The major stock market indexes reached new record highs on Monday and Wednesday before ending the week modestly lower to snap an eight week winning streak.  There was some profit taking on Thursday and Friday to coincide with Thursday’s release of the Senate’s version of a tax reform bill that seemed to depress investor sentiment.

 

The Senate’s version of tax reform called for a one year delay in cutting the corporate tax rate to 20% from 35% and maintained deductions related to mortgages and state and local property taxes.  While the House and Senate versions are now headed toward a reconciliation process to hammer out their differences, uncertainty surrounding the ability of Congress to do just that created a cloud over the financial markets.

 

Investors are now more doubtful about the prospects for real tax reform.  The House version tries to offset the steep cuts in the corporate tax rate by limiting the mortgage deduction and deductibility of state and local property taxes, and these proposals are proving to be highly controversial.  Here’s a thought – pay for the tax cuts by cutting federal spending.

 

The economic calendar was very light with little in the way of data to influence the markets.  As far

as mortgages were concerned, mortgage application volume was unchanged during the week ending November 3 from the prior week.  The Mortgage Bankers Association (MBA) reported their overall seasonally adjusted Market Composite Index (application volume) remained unchanged.  The seasonally adjusted Purchase Index increased 1.0% from the prior week while the Refinance Index decreased 1.0%.

 

Overall, the refinance portion of mortgage activity increased to 49.0% of total applications from 48.7% in the prior week.  The adjustable-rate mortgage share of activity decreased to 6.6% of total applications from 6.8%.  According to the MBA, the average contract interest rate for 30-year fixed-rate mortgages with a conforming loan balance decreased to 4.18% from 4.22% with points decreasing to 0.38 from 0.43.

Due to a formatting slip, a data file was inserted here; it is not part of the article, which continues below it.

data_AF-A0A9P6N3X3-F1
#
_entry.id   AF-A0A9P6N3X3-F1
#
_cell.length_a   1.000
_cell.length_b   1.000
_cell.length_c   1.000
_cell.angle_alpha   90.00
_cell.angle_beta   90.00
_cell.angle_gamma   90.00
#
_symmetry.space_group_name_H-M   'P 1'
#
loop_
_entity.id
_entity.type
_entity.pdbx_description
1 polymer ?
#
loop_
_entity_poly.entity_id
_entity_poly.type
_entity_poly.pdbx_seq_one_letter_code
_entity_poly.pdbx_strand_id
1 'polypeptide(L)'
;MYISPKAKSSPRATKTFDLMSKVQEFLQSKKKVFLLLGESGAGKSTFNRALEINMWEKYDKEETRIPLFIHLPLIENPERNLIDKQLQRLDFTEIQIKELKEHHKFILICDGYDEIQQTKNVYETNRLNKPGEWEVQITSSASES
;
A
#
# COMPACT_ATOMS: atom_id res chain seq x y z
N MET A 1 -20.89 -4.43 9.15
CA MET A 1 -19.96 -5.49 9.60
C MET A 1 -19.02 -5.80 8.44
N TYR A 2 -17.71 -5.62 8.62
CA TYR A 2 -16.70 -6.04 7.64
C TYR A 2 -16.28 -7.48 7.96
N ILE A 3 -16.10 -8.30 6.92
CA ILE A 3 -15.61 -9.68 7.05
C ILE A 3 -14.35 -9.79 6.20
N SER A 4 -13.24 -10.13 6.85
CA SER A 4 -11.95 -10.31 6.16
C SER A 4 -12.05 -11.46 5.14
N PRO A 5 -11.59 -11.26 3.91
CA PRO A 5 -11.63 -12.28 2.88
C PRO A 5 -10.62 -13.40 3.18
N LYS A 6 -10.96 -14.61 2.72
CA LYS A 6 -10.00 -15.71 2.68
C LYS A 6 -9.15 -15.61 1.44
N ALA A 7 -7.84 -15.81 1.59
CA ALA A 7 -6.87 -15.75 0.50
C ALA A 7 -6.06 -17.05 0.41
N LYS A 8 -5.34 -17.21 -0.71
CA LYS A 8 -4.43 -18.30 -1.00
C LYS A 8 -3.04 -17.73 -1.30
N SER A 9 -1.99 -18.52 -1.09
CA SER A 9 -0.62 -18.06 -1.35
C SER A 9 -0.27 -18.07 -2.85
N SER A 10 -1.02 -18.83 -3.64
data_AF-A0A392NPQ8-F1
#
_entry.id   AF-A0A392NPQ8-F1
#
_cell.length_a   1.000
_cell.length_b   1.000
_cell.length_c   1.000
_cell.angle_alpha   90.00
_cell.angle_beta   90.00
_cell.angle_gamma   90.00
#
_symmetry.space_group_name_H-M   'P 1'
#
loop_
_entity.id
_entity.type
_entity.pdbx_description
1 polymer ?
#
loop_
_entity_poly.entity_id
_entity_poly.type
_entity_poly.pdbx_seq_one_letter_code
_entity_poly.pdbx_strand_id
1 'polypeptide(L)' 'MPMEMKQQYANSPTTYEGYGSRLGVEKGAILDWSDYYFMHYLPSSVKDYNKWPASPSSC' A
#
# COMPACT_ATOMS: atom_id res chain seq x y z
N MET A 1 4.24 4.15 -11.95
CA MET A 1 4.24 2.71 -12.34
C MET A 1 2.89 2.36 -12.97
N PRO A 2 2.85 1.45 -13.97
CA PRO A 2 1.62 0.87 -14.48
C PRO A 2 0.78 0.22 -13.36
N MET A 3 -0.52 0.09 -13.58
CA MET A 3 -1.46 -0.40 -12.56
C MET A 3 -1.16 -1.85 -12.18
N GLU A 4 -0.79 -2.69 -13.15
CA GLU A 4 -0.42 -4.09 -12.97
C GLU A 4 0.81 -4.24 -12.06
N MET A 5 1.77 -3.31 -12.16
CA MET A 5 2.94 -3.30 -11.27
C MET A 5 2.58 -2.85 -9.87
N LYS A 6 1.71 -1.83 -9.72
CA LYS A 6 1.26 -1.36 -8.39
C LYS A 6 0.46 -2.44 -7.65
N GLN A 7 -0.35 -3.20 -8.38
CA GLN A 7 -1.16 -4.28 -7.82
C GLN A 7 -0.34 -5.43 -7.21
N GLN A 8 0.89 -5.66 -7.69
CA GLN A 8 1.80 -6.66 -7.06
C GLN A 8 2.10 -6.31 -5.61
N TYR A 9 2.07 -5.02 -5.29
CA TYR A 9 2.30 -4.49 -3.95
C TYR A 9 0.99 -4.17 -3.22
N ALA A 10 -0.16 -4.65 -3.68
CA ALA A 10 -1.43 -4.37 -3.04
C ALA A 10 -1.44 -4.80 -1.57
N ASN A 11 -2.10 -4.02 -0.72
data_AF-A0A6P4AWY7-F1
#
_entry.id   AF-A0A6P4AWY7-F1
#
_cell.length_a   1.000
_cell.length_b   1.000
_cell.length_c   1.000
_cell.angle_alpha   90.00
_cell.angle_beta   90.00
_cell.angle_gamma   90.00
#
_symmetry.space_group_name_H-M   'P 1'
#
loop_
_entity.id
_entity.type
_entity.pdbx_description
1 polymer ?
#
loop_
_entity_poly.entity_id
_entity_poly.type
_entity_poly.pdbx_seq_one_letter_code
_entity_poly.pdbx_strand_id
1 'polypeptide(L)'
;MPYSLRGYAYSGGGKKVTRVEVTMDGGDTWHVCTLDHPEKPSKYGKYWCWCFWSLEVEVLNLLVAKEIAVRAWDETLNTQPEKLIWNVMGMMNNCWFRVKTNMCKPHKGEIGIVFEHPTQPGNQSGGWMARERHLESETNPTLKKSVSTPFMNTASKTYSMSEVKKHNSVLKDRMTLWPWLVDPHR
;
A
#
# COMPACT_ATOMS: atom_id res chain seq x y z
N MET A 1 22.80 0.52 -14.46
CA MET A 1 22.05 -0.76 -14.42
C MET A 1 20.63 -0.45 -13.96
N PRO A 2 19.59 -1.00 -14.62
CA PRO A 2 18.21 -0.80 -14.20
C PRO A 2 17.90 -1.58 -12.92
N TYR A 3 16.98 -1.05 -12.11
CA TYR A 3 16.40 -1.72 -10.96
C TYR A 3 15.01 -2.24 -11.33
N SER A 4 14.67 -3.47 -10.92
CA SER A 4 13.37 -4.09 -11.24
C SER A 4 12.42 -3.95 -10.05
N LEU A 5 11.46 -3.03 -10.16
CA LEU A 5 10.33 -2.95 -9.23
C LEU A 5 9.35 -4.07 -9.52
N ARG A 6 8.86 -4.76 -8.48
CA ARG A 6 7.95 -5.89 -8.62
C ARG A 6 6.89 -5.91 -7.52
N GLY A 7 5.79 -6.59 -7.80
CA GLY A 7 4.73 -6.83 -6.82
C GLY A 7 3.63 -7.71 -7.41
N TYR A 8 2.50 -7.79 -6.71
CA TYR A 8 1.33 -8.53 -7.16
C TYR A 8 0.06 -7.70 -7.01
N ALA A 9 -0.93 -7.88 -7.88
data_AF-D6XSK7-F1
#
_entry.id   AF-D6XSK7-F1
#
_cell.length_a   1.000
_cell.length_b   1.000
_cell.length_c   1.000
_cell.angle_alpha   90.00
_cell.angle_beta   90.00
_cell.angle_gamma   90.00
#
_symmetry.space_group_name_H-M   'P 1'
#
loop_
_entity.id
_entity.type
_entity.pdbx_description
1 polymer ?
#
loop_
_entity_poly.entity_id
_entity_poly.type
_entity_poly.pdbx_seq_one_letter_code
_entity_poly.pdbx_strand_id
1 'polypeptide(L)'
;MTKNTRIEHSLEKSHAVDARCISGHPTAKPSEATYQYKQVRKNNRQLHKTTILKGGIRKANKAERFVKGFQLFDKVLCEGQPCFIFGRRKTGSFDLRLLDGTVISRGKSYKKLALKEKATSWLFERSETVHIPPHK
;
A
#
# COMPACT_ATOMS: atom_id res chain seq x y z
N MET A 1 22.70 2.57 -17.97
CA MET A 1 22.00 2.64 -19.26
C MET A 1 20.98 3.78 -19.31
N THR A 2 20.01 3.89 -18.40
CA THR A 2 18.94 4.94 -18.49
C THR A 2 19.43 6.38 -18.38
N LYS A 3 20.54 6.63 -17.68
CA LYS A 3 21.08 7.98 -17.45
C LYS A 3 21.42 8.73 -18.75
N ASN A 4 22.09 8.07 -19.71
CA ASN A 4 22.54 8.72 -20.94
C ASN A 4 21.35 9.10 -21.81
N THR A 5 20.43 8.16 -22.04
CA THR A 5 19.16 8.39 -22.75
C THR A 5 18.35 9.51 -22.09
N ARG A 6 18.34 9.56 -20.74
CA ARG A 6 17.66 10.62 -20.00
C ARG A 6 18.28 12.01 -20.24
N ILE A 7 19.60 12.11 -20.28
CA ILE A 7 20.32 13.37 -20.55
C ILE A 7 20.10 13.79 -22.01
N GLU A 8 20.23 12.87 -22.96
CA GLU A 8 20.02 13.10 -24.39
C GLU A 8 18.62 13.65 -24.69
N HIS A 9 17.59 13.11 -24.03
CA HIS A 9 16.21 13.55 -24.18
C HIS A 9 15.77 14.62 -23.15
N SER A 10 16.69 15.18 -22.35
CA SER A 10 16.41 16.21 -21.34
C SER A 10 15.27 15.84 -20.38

For the week, the FNMA 3.5% coupon bond lost 56.2 basis points to close at $102.438.  The 10-year Treasury yield increased 6.95 basis points to end at 2.4020%.  The major stock indexes ended the week lower for the first time in eight weeks.

 

The Dow Jones Industrial Average fell 116.98 points to close at 23,422.21.  The NASDAQ Composite Index dropped 13.50 points to close at 6,750.94 and the S&P 500 Index lost 5.54 points to close at 2,582.30.  Year to date on a total return basis, the Dow Jones Industrial Average has gained 18.52%, the NASDAQ Composite Index has advanced 25.41%, and the S&P 500 Index has added 15.34%.

 

This past week, the national average 30-year mortgage rate rose to 4.01% from 3.96%; the 15-year mortgage rate increased to 3.31% from 3.27%; the 5/1 ARM mortgage rate increased to 3.20% from 3.18% and the FHA 30-year rate remained unchanged at 3.60%.  Jumbo 30-year rates increased to 4.18% from 4.15%.

 

Economic Calendar – for the Week of November 13, 2017

 

 

Economic reports having the greatest potential impact on the financial markets are highlighted in bold.

 

Mortgage Rate Forecast with Chart – FNMA 30-Year 3.5% Coupon Bond

 

The FNMA 30-year 3.5% coupon bond ($102.438, -56.2 bp) traded within a 75.0 basis point range between a weekly intraday high of $103.141 on Tuesday and a weekly intraday low of $102.391 on Friday before closing the week at $102.438 on Friday.

 

Mortgage bond prices continued higher at the beginning of last week, moving above the 100-day moving average resistance level last Monday and Tuesday before being turned away by resistance at the 50-day moving average on Wednesday.  The bond then continued lower to fall below several support levels including the 25-day and 100-day moving averages along with the 38.2% Fibonacci retracement level.  These now become technical resistance levels.  New support levels have been identified at $102.428 and $102.17.  A sell signal was generated last Wednesday on a negative stochastic crossover, and since the bond is not yet “oversold” a continuing decline toward secondary support at $102.17 could occur.

 

Therefore, we could see the bond continue to move lower to test support levels, and a move below these levels would lead to slightly higher mortgage rates.

 

 

 

 

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